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ARS Home » Southeast Area » Baton Rouge, Louisiana » Honey Bee Lab » Research » Publications at this Location » Publication #364422

Research Project: Genetics and Breeding in Support of Honey Bee Health

Location: Honey Bee Breeding, Genetics, and Physiology Research

Title: Differential infection intensity based on route of viral infection in honey bee (Apis mellifera) queens.

item LANG, SARAH - LSU Agcenter
item HEALY, KRISTEN - LSU Agcenter
item Simone-Finstrom, Michael
item DAVIS, JEFF - LSU Agcenter

Submitted to: Entomology Society of America Pacific Branch Meeting
Publication Type: Abstract Only
Publication Acceptance Date: 6/1/2019
Publication Date: N/A
Citation: N/A

Interpretive Summary:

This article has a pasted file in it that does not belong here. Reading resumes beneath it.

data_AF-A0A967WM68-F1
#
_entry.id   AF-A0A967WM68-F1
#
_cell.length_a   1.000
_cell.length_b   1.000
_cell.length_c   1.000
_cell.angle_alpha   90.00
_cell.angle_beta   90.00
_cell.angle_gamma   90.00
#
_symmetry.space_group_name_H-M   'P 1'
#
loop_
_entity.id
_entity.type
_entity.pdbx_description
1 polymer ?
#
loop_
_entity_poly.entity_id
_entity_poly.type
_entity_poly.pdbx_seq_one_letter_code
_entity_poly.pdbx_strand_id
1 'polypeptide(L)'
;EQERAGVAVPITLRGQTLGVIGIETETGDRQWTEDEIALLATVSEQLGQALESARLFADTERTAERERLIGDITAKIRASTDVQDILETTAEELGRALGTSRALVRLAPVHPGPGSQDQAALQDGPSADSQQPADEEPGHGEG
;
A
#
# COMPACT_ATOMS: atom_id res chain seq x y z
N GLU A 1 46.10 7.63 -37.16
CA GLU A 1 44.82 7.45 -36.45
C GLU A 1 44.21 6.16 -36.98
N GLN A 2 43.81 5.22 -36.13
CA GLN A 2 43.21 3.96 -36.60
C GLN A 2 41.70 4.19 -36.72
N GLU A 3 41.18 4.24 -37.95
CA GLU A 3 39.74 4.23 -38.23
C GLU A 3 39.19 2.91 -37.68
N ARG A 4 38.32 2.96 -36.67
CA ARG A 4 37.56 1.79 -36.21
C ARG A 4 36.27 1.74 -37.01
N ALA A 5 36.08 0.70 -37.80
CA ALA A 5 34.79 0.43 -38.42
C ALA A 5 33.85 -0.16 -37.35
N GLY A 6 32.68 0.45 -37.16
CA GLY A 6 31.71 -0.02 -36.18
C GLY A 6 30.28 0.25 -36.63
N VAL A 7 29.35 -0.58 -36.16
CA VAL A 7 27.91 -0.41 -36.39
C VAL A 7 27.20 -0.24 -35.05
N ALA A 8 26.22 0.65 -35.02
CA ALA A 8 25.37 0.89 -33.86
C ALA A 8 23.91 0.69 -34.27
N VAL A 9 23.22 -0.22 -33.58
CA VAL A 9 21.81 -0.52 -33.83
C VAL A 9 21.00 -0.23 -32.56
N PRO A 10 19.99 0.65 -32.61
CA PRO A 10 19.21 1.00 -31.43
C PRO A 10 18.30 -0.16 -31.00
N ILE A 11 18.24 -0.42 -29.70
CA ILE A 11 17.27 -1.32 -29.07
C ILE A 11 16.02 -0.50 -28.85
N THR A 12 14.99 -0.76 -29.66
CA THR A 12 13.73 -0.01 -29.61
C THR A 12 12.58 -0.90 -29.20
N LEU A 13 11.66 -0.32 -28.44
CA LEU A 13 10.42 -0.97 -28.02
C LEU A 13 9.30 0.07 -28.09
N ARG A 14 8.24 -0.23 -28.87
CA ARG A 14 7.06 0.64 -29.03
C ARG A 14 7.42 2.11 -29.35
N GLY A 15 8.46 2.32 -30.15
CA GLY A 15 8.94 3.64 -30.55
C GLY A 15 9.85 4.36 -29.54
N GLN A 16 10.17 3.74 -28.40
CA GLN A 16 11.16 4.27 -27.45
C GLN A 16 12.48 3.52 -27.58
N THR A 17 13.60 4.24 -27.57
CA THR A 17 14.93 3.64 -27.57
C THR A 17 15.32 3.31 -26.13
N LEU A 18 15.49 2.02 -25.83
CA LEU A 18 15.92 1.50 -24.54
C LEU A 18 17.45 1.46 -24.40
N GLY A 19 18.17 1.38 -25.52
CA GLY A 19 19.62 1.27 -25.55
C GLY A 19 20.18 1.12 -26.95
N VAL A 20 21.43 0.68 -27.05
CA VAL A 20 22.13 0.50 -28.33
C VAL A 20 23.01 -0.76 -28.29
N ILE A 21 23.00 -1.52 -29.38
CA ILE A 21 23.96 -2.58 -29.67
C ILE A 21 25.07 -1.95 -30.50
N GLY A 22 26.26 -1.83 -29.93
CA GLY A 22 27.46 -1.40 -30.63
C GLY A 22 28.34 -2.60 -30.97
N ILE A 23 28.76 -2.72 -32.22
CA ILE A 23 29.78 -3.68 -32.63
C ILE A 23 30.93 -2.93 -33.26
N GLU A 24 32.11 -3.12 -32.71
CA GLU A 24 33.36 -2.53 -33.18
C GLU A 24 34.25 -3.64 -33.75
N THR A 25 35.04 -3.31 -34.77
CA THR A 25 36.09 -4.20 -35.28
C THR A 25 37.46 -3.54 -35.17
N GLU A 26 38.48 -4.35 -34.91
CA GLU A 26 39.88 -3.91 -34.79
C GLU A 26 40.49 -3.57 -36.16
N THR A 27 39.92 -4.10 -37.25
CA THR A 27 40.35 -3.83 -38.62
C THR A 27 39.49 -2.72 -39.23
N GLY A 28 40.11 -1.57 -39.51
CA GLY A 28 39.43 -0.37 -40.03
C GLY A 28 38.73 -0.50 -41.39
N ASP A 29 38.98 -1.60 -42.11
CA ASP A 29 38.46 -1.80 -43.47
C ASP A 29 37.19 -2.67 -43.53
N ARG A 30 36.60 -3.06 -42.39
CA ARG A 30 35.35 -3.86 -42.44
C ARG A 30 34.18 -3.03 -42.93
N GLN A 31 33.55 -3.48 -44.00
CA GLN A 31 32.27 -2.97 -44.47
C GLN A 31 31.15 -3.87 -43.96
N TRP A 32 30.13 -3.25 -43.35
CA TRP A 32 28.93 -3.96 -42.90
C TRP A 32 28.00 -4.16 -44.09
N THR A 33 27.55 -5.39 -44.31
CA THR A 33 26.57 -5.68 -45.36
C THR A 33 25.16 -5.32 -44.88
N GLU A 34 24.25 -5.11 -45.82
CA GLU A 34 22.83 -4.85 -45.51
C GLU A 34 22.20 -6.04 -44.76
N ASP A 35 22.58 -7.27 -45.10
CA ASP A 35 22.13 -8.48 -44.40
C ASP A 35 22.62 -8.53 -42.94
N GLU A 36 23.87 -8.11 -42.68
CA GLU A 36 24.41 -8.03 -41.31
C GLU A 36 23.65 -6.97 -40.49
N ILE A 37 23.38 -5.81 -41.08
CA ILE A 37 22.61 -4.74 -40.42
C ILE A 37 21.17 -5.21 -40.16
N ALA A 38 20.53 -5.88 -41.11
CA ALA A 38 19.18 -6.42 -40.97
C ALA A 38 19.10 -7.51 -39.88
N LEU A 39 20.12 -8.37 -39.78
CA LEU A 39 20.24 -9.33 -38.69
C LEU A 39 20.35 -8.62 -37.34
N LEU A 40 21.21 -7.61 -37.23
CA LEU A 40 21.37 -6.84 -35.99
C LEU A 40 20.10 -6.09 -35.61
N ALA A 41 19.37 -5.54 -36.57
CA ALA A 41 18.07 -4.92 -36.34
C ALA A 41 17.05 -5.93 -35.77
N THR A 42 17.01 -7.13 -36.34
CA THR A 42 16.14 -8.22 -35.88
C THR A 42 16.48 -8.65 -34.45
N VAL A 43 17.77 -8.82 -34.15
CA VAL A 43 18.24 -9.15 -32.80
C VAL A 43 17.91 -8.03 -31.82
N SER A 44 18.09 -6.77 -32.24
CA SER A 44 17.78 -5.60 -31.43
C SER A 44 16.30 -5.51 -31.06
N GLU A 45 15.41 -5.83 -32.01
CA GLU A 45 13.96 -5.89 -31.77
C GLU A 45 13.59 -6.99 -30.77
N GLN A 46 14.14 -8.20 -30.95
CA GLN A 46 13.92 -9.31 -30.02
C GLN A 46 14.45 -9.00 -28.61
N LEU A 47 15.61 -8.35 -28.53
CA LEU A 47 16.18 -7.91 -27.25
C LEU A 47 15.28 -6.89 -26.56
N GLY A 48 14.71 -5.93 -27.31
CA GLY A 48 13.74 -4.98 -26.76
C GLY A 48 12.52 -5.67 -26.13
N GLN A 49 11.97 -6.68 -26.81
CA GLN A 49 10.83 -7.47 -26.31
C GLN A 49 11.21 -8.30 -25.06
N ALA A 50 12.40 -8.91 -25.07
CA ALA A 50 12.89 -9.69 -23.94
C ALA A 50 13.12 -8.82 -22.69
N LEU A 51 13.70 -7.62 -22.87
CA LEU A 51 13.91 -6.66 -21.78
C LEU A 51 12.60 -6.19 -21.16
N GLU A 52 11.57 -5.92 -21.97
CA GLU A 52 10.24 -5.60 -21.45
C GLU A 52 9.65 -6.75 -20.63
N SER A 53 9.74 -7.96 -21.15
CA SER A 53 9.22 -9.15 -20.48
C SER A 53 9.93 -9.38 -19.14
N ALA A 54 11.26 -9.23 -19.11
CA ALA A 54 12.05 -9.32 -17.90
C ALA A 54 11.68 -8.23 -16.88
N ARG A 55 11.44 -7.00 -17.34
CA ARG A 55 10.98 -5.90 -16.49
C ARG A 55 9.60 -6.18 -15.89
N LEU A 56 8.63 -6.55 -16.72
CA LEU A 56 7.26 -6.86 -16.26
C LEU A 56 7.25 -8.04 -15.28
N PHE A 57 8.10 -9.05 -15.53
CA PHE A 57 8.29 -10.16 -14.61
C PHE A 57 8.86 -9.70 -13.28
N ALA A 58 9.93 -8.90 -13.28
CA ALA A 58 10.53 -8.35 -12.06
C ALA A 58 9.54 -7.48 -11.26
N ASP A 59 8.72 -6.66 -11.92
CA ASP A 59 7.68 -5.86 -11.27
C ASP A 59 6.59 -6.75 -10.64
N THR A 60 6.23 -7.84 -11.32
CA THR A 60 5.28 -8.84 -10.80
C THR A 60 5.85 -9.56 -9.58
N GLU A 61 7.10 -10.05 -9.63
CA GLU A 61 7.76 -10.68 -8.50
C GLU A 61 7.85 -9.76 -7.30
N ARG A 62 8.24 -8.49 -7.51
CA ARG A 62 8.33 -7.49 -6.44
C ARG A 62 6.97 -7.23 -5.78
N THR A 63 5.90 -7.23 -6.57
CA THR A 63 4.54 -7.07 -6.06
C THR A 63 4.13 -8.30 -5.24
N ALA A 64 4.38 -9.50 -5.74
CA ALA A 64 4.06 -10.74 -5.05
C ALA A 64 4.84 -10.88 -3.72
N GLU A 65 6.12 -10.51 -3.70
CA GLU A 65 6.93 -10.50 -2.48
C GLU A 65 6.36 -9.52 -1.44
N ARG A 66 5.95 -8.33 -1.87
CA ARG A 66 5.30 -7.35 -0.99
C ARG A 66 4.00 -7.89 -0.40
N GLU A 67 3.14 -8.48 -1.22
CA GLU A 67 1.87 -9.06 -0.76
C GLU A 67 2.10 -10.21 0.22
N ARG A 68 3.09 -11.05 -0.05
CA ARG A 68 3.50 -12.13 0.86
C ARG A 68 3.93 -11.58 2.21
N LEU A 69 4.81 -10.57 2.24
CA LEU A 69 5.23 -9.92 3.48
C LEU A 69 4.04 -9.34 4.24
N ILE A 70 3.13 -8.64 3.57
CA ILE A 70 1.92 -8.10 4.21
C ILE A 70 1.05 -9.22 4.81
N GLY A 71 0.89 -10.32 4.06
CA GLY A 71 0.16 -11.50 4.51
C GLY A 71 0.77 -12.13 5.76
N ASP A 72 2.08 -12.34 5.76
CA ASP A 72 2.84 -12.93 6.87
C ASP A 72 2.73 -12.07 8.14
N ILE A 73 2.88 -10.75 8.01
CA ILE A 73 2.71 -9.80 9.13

Technical Abstract: Managed honey bee (Apis mellifera) colonies have been facing high levels of colony losses over the last decade, which can be attributed to numerous potential causes, including parasites and pathogens. Deformed wing virus (DWV) has a nearly worldwide distribution, primarily driven by its major vector the mite Varroa destructor. This virus often occurs innately at low levels in colonies and is capable of infecting workers, queens, and drones. Additionally, DWV can be transmitted horizontally (orally from worker to worker, worker to queen), vertically (queen to egg) and sexually (male to female). This led us to hypothesize that the different routes of viral transmission to honey bee queens may result in differential intensity of DWV infection. Honey bee queens were infected with DWV through feeding, insemination, feeding + insemination, and injection. Viral titer level was assessed at 1 hour, 3 days, 7 days, 14 days, and 28 days post-inoculation. The insemination treatment led to fewer established infections with lower intensity compared to the feeding and feeding+insemination treatments, while injection led to high intensity and consistent infection. Virus infection may be limited in the insemination treatment by the queen purging the virus with the seminal fluid, resulting in less time for the virus to infect the oviduct, while the feeding treatment virus stays within the gut where it may be difficult for viruses to infect the gut lining. Inoculation by both feeding and insemination may increase stress which may be more likely to lead to an infection. Implications for vertical transmission based on route of infection will be discussed.